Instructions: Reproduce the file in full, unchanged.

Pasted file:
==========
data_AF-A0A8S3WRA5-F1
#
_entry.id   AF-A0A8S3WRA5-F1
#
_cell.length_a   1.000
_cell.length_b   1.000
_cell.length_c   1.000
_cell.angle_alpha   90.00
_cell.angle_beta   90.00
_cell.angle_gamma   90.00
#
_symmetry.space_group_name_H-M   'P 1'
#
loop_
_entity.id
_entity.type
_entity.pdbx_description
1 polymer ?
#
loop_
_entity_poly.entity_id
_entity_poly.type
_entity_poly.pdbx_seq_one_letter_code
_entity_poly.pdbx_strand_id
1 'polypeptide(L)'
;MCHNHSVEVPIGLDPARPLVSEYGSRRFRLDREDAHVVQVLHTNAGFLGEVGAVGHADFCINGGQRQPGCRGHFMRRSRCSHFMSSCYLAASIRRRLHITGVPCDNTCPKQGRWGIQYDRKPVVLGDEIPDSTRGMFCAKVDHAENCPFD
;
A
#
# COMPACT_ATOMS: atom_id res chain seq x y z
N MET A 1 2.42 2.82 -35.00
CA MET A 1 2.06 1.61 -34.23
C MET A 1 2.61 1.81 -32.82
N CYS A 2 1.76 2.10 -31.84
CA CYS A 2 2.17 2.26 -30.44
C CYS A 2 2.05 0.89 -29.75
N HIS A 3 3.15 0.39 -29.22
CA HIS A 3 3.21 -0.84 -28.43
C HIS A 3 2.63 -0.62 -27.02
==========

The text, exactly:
data_AF-A0A8S3WRA5-F1
#
_entry.id   AF-A0A8S3WRA5-F1
#
_cell.length_a   1.000
_cell.length_b   1.000
_cell.length_c   1.000
_cell.angle_alpha   90.00
_cell.angle_beta   90.00
_cell.angle_gamma   90.00
#
_symmetry.space_group_name_H-M   'P 1'
#
loop_
_entity.id
_entity.type
_entity.pdbx_description
1 polymer ?
#
loop_
_entity_poly.entity_id
_entity_poly.type
_entity_poly.pdbx_seq_one_letter_code
_entity_poly.pdbx_strand_id
1 'polypeptide(L)'
;MCHNHSVEVPIGLDPARPLVSEYGSRRFRLDREDAHVVQVLHTNAGFLGEVGAVGHADFCINGGQRQPGCRGHFMRRSRCSHFMSSCYLAASIRRRLHITGVPCDNTCPKQGRWGIQYDRKPVVLGDEIPDSTRGMFCAKVDHAENCPFD
;
A
#
# COMPACT_ATOMS: atom_id res chain seq x y z
N MET A 1 2.42 2.82 -35.00
CA MET A 1 2.06 1.61 -34.23
C MET A 1 2.61 1.81 -32.82
N CYS A 2 1.76 2.10 -31.84
CA CYS A 2 2.17 2.26 -30.44
C CYS A 2 2.05 0.89 -29.75
N HIS A 3 3.15 0.39 -29.22
CA HIS A 3 3.21 -0.84 -28.43
C HIS A 3 2.63 -0.62 -27.02